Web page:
Your company's employment contract will include important information that dictates how you relate to your staff during and after their employment with your company. These contracts outline the terms of employment, benefits, compensation and expectations for workers.
Many companies use employment contracts to protect their business interests by requiring a non-compete agreement from new staff members or having workers' execute non-disclosure agreements that will prevent them from sharing what they learn while working at the company or posting damaging information on social media.
Beyond establishing your company's expectations for your new help, the contract that you execute will also outline the nature of your relationship with individual members of the staff. When companies bring on new workers, they can do so as either employees or contractors. Your business should do its best to properly classify newly hired workers before they execute any paperwork.
Know the difference between a contractor and an employee
To properly classify your staff, you must understand the employment relationships that you might have with them. An employee is someone who works directly for your company. They are part of your daily flow of operation and report directly to management within the company. The company has the right to micromanage the workflow and schedule of its employees. They typically also need to provide their employees with all necessary safety equipment.
Contractors, on the other hand, work for the company but only in the capacity of completing specific tasks or projects. They are essentially their own company and have more control over when they work and how they complete their tasks. They also typically provide their own equipment and materials.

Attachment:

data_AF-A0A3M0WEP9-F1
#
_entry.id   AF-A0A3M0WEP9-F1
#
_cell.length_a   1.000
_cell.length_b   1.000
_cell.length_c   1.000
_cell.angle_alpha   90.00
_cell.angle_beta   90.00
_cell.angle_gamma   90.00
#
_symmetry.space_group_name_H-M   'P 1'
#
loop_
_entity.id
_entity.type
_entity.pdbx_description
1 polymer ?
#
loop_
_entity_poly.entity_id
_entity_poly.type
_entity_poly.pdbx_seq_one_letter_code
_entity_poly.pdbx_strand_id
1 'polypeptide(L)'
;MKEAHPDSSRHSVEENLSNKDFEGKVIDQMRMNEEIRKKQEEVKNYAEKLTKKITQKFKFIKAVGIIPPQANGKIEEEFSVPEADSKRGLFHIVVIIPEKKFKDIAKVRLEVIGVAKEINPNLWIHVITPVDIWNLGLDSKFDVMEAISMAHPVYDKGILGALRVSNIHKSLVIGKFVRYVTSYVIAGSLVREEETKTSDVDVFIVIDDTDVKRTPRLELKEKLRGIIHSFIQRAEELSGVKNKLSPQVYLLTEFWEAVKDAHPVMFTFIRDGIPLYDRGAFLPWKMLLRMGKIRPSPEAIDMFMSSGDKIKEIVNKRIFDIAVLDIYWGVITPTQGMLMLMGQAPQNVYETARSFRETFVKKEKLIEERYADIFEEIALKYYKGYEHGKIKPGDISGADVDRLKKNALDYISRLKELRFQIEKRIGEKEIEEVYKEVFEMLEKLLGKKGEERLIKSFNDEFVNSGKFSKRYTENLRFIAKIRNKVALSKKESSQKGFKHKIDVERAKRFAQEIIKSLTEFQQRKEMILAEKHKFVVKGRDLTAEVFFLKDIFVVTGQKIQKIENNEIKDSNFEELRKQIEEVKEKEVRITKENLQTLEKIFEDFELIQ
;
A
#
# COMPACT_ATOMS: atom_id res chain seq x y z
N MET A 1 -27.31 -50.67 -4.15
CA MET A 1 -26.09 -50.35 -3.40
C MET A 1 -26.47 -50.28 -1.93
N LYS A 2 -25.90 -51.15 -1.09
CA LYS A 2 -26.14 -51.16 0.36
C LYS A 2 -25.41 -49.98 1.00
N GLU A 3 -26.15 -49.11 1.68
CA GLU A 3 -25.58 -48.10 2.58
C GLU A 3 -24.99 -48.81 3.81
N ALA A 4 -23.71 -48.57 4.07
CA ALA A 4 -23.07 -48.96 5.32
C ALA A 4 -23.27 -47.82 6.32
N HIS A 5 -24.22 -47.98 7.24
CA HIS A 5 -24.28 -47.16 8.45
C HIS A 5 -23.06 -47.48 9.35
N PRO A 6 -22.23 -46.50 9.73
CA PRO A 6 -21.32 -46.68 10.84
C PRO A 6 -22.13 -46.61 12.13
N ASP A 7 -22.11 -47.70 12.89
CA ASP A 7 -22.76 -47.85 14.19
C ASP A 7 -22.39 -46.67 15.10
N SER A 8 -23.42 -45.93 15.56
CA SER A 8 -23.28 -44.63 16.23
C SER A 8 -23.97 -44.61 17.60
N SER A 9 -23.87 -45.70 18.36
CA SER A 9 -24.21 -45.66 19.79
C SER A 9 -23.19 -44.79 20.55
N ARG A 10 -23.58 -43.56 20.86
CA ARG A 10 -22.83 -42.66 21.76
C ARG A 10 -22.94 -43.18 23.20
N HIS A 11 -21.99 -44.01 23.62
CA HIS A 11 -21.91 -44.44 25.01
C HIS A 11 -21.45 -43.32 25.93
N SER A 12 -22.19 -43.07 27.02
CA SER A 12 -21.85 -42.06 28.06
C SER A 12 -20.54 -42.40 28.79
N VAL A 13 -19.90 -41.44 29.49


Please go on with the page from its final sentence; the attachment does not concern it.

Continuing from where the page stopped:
The final major difference between a contractor and an employee is that contractors pay their own employment taxes, while employers must contribute employment taxes on behalf of their salaried or hourly workers. Contractors and employees often have different costs for business in terms of taxes and insurance.
Employment contracts are better when more specific
The more specific and detailed your employment contracts are, the more protection they extend to your company. Ensuring that your company has accurate and thorough contracts and that you properly classify your relationships with your staff can go a long way toward avoiding potential financial headaches in the future.
Misclassified employees, for example, may be able to take action against your company for lost wages or benefits. Improper work contracts may not offer you the protection you intend, which means they may not hold up in court if you have to take action against an unscrupulous former worker.
Whether you need to revise your existing work contracts or create a new one, consulting with an experienced Utah employment and business law attorney will help you avoid the common pitfalls of employment contracts and contractor contracts.